Constructive Approximation Theory, January-April 2017

When Tuesday and Thursdays morning from 8:30 AM to 10:00 AM
Where Department of Computational & Data Sciences, SERC building, Room 202, Seminar Hall


Sivaram Ambikasaran,
Office: Department of Computational & Data Sciences, SERC building, Room 205.
Office hours: Tuesday 3:00 PM-5:00 PM or by appointment.

Fill in the details here to subscribe for the course


The course will focus on constructive approximation of real valued functions by simpler function and numerical quadrature. We will discuss the mathematical theory and computational techniques of such approximations. Error bounds and convergence of approximations will be discussed. A substantial part of the course will be dedicated to polynomial approximations and quadratures. All the course material (error bounds, convergence, Weierstrass approximation theorem, optimal interpolant, Ramez algorithm) will be discussed and illustrated computationally. The emphasis of the course is on computational assignments, which will be due weekly. The highlight of the course would be how approximations lend themselves in constructing highly accurate fast algorithms. Topics: Approximation by Algebraic Polynomials, Weierstrass Theorem, Muentz-Szasz theorem, Orthogonal polynomials, Optimal interpolation nodes, Optimal interpolant, Lebesgue constants, Fourier series, Gibbs phenomenon, Potential theory and approximation, Spectral methods, Pade approximation, Clenshaw-Curtis and Gaussian quadrature, fast low rank construction of kernel matrices and other fast matrix computations.



Evaluation Homework Quiz Project
Points 60 20 20


There will be a total of 12 homework (each worth 5 points) due roughly weekly. Homework will be posted on this website and will be due on Wednesdays before 5 PM. Late homework will not be accepted. The homework will involve fair amount of programming exercises. Students are strongly encouraged to typeset their solutions using LaTeX/TeX (10% bonus points for submitting in LaTeX/TeX). To save trees, the students need to send their homework through email to with the subject reading CAT_2017_HW_#_firstname, where # needs to be replaced with the homework number (between 1 and 12) and firstname is to be replaced with your first name in lower case. Details on how to submit the computing part of the homework will be elaborated in the homework itself. No collaboration is allowed for homework.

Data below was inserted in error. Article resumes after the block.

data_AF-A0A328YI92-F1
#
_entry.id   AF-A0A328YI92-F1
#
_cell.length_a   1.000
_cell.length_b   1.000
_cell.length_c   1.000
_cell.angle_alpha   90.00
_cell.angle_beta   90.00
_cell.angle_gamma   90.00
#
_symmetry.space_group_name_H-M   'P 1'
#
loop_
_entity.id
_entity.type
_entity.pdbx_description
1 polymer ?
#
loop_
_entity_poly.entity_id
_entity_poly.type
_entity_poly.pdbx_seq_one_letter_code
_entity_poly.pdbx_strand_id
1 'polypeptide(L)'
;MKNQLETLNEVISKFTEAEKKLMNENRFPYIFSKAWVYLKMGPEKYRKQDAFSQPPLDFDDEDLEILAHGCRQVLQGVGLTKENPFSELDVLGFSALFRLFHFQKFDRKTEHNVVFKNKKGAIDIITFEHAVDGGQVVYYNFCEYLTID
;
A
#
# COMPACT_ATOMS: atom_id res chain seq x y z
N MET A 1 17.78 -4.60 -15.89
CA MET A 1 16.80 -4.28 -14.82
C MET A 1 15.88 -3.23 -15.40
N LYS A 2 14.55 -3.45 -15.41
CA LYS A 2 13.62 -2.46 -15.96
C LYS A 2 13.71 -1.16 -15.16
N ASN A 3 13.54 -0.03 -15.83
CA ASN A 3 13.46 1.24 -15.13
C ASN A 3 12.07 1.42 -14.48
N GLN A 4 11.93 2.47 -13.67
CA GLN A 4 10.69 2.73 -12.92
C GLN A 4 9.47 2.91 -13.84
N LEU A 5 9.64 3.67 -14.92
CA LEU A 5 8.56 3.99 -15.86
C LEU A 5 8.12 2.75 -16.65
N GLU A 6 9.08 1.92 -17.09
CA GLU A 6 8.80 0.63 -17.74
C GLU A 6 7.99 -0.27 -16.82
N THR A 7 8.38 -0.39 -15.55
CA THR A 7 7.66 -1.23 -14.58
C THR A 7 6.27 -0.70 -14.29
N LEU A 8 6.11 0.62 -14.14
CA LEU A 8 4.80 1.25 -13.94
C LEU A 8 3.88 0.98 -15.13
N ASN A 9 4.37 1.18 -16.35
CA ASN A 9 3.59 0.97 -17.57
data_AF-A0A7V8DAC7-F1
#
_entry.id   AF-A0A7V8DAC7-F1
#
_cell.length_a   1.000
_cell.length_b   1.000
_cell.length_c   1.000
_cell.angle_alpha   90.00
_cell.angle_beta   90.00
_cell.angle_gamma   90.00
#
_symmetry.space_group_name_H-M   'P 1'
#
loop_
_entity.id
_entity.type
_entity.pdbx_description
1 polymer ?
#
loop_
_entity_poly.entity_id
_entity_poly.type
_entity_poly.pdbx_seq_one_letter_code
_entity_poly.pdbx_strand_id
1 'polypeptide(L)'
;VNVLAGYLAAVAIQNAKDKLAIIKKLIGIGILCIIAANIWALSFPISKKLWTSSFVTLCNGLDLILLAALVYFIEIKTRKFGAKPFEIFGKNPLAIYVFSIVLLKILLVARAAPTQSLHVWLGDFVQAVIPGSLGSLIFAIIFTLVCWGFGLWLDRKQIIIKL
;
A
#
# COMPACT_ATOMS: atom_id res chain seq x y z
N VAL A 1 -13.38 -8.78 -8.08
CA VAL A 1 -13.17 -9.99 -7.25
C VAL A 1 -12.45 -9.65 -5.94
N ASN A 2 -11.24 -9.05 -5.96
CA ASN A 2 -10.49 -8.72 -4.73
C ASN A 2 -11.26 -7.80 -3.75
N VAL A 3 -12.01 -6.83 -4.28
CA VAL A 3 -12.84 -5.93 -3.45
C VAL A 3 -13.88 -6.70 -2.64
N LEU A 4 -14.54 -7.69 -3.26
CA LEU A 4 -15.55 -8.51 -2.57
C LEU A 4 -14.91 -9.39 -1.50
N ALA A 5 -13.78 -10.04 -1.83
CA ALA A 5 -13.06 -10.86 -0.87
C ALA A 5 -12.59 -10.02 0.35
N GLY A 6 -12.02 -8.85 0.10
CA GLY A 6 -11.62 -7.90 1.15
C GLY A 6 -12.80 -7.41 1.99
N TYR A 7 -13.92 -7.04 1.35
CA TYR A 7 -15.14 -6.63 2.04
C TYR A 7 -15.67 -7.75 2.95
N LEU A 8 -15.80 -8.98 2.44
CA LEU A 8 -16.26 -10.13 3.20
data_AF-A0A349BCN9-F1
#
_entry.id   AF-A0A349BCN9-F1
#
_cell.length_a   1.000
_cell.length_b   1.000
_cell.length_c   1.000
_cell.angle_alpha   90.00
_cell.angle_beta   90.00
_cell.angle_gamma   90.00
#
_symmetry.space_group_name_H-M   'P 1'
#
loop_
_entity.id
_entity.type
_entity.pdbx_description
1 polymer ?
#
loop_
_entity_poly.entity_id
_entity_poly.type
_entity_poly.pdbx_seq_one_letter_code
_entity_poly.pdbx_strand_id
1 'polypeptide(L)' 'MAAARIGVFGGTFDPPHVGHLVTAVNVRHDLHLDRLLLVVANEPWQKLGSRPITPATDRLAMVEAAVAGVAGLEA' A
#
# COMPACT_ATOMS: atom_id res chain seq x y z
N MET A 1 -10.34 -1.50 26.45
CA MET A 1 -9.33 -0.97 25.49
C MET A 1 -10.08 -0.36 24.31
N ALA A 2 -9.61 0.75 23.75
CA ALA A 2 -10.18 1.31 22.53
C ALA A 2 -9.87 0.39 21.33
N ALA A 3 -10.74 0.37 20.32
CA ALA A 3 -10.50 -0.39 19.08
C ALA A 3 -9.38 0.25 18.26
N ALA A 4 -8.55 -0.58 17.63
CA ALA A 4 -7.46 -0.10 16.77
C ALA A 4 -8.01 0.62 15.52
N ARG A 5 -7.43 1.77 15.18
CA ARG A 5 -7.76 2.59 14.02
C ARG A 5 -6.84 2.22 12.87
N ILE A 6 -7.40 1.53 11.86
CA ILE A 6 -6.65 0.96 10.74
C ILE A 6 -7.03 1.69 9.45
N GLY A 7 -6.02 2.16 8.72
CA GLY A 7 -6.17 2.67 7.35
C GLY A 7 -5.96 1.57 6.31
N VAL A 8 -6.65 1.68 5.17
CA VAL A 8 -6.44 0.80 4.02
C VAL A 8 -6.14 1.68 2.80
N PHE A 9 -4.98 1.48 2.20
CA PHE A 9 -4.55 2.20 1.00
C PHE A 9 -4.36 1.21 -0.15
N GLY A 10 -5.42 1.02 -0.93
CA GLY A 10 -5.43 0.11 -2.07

The grader will expect you to express your ideas clearly, legibly, and completely, often requiring complete English sentences rather than merely just a long string of equations or unconnected mathematical expressions. This means you could lose points for poorly written proofs or answers. Clear exposition is a crucial ingredient of mathematical communication. Clarity of thought and presentation is more important in mathematics & sciences than any other field. The only way to master exposition is by repeated practicing.


If you don't have \(\LaTeX\) on your system, try any of the following online ones.

Computational requirement

Each homework will have couple of computational exercises. Students must be comfortable with programming and are expected to have working knowledge in C++ & MATLAB. If not, they should be able to learn and immediately pick it up.

C++ compilers

For C++ compilers, try any of the following (there any many other options if you google for "online compiler"). Pick your favorite one.


There will be a short (3-5 minutes) quiz in almost every class.


This could be a work arising out a published article or from material/discussions in class. The project is due on April 12th. Below are some articles for suggestion.


Below is a calendar, which will be updated as we make progress in the course.
Week Tuesday Thursday Homework
Jan 9-13 Introduction, Polynomial interpolation for a wide range of functions, Runge phenomenon Fundamental theorem of polynomial interpolation, Started looking at Chebyshev and Legendre nodes Homework 1: Due on Jan 18
Jan 16-20 No class Orthogonal polynomials Homework 2: Due on Jan 25
Jan 23-27 Legendre polynomials Republic day Homework 3: Due on Feb 1
Jan 30-Feb 3 Chebyshev polynomials Weierstrass approximation theorem Homework 4: Due on Feb 8
Feb 6-10 Best approximation Homework 5: Due on Feb 15
Feb 13-17 Homework 6: Due on Feb 22
Feb 20-24
Feb 27-Mar 3 Homework 7: Due on Mar 8
Mar 6-Mar 10 Homework 8: Due on Mar 13
Mar 13-17 Homework 9: Due on Mar 17
Mar 20-24 Homework 10: Due on April 12
Mar 27-31 Homework 11: Due on April 19
Apr 3-7 Project due on Apr 12 and final report due on April 19